Mailinglist Archive: opensuse (4633 mails)

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Re: [opensuse] 'Goes along with those mad at Novell/SUSE and leave.
  • From: Robert Smits <bob@xxxxxxxxx>
  • Date: Sun, 24 Dec 2006 23:22:16 -0800
  • Message-id: <200612242322.16543.bob@xxxxxxxxx>
On Sunday 24 December 2006 19:39, Randall R Schulz wrote:
> On Sunday 24 December 2006 19:03, J Sloan wrote:
> > ...
> >
> > Unfortunately, it's not about being mainstream anymore - at this
> > point, it's about viability, period.
> >
> > If linux can't achieve enough of a critical mass on the desktop to
> > matter, microsoft will be able to leverage control of all the
> > onramps, so to speak, to the "information highway", and then it's
> > game over. Unless of course, you're content to use linux on a
> > hobbyist basis, without meaningful access to the most internet
> > content, constituting nothing more than small islands of hopeless,
> > irrelevant rebellion in a microsoft world.
>

Joe is absolutely correct to be worried about the future viability of Linux
software. Of course, it's not game over today, but if you've looked at the
implications of a future where every device, every piece of hardware has to
meet DRM specifications or the media will not play he's correct to be
worried.

I suggest you start with this article that talks about the implications
http://www.cs.auckland.ac.nz/~pgut001/pubs/vista_cost.txt
that Microsoft Vista has for equipment suppliers.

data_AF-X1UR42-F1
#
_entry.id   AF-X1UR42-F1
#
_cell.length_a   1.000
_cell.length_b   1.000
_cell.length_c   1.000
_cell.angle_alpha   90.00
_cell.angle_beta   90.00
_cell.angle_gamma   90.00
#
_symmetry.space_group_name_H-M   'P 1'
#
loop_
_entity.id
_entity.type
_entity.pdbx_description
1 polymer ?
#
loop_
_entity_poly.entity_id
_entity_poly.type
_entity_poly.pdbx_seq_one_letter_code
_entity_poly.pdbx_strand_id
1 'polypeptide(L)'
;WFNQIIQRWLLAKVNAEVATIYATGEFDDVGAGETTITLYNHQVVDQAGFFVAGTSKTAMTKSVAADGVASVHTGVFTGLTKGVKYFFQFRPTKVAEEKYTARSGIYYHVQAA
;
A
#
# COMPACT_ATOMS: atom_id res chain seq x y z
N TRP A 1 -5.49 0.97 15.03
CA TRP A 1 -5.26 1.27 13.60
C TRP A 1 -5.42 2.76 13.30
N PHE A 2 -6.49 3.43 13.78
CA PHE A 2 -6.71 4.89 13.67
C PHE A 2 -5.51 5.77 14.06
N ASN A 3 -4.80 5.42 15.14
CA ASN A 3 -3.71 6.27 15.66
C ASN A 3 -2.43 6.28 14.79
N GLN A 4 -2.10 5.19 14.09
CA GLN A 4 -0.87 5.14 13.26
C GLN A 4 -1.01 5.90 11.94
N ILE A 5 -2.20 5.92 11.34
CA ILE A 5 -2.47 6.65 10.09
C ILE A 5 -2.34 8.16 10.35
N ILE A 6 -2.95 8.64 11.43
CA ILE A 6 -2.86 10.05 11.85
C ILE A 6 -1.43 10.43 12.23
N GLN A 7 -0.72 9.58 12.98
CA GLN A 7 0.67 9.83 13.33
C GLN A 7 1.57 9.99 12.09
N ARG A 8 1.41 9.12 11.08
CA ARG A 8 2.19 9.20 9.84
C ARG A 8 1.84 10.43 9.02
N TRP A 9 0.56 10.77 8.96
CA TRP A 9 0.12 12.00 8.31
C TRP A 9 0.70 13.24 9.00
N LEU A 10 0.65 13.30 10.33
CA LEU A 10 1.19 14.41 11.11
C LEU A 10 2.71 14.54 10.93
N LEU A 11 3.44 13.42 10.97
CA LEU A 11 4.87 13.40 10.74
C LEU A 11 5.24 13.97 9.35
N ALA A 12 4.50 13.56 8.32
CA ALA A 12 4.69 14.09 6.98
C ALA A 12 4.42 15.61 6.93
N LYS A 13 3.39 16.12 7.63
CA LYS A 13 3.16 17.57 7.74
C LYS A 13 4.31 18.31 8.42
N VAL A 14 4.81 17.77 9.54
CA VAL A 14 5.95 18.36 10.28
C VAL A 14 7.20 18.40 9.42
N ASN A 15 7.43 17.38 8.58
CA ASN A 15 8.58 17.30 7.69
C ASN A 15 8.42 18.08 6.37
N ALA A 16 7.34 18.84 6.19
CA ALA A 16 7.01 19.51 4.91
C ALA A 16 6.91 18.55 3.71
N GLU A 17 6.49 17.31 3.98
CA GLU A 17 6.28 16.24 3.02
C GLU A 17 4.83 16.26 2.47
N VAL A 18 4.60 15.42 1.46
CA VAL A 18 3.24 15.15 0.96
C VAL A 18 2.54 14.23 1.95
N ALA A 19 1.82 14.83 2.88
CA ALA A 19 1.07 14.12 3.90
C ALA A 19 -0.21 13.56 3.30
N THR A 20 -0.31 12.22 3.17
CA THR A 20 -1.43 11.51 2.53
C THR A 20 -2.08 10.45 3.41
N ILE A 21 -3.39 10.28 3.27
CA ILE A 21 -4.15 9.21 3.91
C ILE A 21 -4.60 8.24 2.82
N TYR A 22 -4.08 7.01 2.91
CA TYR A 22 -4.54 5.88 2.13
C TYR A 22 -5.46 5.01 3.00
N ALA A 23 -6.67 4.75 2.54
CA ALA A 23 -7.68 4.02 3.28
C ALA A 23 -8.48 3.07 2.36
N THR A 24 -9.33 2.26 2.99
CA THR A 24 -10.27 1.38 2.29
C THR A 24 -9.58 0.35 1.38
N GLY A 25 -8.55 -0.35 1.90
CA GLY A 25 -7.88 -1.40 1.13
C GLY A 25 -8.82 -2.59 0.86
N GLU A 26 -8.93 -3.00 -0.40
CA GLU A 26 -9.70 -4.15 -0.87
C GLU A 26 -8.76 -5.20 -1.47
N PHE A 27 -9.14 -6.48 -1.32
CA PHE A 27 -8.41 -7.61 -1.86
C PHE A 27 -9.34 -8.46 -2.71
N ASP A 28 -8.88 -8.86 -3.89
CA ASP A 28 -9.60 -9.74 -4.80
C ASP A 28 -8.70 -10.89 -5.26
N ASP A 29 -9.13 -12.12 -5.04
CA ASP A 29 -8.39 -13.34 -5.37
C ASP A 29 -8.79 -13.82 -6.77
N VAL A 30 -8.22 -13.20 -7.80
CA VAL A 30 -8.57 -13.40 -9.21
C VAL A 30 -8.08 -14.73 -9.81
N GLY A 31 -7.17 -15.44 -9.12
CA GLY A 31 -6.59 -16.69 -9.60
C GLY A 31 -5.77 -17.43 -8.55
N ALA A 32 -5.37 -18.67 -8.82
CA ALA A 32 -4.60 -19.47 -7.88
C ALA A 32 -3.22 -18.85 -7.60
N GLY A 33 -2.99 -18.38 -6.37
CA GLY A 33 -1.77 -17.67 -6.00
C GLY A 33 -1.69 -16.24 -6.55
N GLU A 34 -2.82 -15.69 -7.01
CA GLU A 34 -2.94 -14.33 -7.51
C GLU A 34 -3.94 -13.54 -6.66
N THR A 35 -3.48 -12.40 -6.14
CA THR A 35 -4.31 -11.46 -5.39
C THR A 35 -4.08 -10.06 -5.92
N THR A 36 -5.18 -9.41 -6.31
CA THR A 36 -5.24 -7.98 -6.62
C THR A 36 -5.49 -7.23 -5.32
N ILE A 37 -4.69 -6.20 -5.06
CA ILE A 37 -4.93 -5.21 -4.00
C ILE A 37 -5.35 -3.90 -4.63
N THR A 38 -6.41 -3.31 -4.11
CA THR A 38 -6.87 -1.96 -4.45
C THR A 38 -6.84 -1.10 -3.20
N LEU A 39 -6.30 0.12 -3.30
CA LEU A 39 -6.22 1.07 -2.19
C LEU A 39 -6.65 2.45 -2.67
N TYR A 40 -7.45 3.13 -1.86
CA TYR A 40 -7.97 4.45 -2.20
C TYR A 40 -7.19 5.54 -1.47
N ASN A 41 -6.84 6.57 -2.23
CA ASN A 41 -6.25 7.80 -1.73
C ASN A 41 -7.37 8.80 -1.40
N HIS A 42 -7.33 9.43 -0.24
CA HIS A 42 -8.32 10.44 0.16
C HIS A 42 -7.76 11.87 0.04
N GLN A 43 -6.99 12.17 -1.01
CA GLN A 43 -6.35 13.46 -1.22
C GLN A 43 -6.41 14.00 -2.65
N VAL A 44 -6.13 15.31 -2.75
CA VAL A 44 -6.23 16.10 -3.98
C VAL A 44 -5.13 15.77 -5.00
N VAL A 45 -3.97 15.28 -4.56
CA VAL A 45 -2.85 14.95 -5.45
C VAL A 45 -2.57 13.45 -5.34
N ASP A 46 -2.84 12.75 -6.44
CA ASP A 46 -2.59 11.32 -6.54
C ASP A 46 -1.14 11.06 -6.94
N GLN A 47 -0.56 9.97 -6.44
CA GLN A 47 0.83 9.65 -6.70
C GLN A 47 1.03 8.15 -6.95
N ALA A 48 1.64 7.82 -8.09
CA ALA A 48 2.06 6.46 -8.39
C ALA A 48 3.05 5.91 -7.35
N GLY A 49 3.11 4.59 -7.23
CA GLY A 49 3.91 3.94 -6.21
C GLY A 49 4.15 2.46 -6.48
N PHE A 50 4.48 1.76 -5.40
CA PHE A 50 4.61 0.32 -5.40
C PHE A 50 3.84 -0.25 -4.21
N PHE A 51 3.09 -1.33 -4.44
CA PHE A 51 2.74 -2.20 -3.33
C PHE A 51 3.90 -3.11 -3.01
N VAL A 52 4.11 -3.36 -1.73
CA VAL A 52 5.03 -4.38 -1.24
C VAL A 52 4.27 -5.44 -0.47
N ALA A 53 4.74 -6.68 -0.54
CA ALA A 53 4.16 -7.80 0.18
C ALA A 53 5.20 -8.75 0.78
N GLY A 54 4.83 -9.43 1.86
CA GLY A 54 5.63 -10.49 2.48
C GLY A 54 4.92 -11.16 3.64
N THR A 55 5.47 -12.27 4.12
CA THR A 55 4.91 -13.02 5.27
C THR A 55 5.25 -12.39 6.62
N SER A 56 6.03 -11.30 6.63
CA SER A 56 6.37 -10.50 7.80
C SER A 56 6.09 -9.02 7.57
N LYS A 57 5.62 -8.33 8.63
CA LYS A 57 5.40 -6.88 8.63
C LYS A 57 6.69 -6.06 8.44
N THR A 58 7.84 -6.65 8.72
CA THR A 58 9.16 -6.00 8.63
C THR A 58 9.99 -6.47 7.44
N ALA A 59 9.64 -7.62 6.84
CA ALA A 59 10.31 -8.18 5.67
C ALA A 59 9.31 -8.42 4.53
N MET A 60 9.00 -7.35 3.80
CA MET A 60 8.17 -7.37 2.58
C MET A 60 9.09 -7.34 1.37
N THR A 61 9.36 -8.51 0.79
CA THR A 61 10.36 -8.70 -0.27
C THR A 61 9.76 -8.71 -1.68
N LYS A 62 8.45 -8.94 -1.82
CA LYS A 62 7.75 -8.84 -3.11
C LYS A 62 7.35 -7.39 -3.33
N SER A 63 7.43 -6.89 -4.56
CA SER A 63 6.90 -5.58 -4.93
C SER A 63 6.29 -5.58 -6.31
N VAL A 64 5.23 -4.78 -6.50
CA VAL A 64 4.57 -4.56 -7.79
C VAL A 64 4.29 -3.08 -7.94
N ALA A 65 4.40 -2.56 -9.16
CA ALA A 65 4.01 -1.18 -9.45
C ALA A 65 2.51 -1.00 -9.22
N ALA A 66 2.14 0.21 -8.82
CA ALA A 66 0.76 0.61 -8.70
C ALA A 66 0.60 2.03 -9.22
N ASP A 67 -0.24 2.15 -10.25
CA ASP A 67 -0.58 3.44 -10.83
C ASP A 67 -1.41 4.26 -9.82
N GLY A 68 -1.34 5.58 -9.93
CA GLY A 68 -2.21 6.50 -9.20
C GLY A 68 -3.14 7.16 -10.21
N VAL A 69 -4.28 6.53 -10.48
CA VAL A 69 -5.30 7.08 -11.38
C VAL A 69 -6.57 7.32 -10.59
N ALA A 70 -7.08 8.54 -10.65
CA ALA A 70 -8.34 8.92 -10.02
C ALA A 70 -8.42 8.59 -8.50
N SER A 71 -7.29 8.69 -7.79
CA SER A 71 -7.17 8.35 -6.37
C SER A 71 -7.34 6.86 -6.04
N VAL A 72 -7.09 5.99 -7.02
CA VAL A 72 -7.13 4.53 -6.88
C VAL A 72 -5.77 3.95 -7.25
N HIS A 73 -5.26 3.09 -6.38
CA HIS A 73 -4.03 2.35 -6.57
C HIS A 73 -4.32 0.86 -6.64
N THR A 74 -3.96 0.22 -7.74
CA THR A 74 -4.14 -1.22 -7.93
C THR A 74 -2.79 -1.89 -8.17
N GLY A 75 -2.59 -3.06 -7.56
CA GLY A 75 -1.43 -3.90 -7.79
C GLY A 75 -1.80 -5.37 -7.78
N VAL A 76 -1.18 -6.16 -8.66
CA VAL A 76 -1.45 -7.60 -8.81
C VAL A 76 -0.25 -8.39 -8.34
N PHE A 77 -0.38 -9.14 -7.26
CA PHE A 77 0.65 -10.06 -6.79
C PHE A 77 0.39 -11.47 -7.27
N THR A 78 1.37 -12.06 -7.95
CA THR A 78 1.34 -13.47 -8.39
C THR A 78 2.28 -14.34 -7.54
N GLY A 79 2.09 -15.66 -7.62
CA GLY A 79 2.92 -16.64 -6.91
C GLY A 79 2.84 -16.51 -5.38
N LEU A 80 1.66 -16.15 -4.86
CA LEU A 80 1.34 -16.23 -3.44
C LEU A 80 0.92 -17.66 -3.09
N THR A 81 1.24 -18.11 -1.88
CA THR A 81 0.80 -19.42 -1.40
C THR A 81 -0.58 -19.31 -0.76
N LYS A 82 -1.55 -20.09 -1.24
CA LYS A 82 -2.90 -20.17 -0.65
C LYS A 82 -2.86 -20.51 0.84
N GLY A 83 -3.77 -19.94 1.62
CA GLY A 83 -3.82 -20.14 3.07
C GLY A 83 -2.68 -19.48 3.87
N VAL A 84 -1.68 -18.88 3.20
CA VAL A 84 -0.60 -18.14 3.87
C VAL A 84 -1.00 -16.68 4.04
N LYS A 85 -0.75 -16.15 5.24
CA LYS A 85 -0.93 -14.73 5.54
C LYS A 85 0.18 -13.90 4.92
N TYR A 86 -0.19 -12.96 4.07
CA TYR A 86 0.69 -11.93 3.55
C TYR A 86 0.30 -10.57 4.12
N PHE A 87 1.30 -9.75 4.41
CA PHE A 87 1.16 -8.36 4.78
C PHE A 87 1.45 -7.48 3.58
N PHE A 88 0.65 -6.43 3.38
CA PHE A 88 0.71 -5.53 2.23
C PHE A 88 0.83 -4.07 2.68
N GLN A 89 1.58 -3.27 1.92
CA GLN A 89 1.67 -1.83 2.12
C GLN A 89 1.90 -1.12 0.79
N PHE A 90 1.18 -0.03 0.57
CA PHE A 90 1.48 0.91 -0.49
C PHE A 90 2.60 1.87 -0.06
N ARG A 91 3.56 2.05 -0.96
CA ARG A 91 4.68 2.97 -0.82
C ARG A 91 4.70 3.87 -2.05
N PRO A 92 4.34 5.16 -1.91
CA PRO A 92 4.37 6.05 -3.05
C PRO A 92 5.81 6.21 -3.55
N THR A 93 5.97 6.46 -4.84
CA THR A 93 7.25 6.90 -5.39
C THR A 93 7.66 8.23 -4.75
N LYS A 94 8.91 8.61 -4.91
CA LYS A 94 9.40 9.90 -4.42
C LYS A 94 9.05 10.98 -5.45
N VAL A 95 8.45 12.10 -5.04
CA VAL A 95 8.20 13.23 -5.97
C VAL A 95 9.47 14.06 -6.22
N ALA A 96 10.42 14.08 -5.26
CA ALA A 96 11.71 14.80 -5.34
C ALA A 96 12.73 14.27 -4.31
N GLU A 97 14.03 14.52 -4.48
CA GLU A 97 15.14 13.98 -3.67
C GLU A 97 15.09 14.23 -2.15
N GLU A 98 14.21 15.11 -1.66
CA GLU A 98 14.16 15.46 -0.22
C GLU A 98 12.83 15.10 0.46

We (Linux users) are at what 4-5 % of computer users? Much of our current use
of hardware is based on adapting hardware made for Windows equipment to
Linux. What if we come to the point that we can't buy graphics cards without
Windows DRM that relegates linux users to low resolution graphics?

I'm not suggesting that the sky is falling today, but I do think there are a
lot of black clouds on the horizon that we should be concerned about.

> Anyway, I don't believe that desktop acceptance has anything to do with
> Linux's long-term viability. One simple example among many, the fact
> that Amazon.com runs almost all of it's on-line systems using Linux, is
> enough to show that Linux has a secure future.

If regular Linux users can't get access to hardware because it's DRM crippled
and all you want to do is run servers on it, OK. If the rest of us who
currently use our our Linux boxes to store and play audio, video, and all
kinds of other files, maybe not.

> Software development is far more efficient under Linux or other
> Unix-oriented systems. The only time one would use Windows is when
> writing Windows-specific software.

Or when you're forced to because everything is contaminated with DRM.

> The personal computing world will not end if Linux does not gain some
> minimal market- or "mind-" share. Look at the Macintosh. It has a small
> minority of the installed base of personal / desktop and server
> systems. But it remains eminently viable.
>

Yes, but there's a crucial difference. Apple is every bit as proprietary as
Microsoft, and every bit as DRM laden. They wouldn't care if the world
adopted the sort of DRM Microsoft is proposing because it's also to their
advantage. It's the rest of us with open source software that might be locked
out.
>
> The sky is not falling on Linux.

I'm not suggesting that the sky is falling today, but I do think there are a
lot of black clouds on the horizon that we should be concerned about.
Microsoft may well have over-reached itself and it's DRM laden Vista may fall
flat on it's face. I hope so, but when someone with that much firepower takes
aim it's prudent to take cover. (And plan counter-measures!)



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Bob Smits Ladysmith BC Phone 250-245-2553 Fax 250-245-5531 Email bob@xxxxxxxxx
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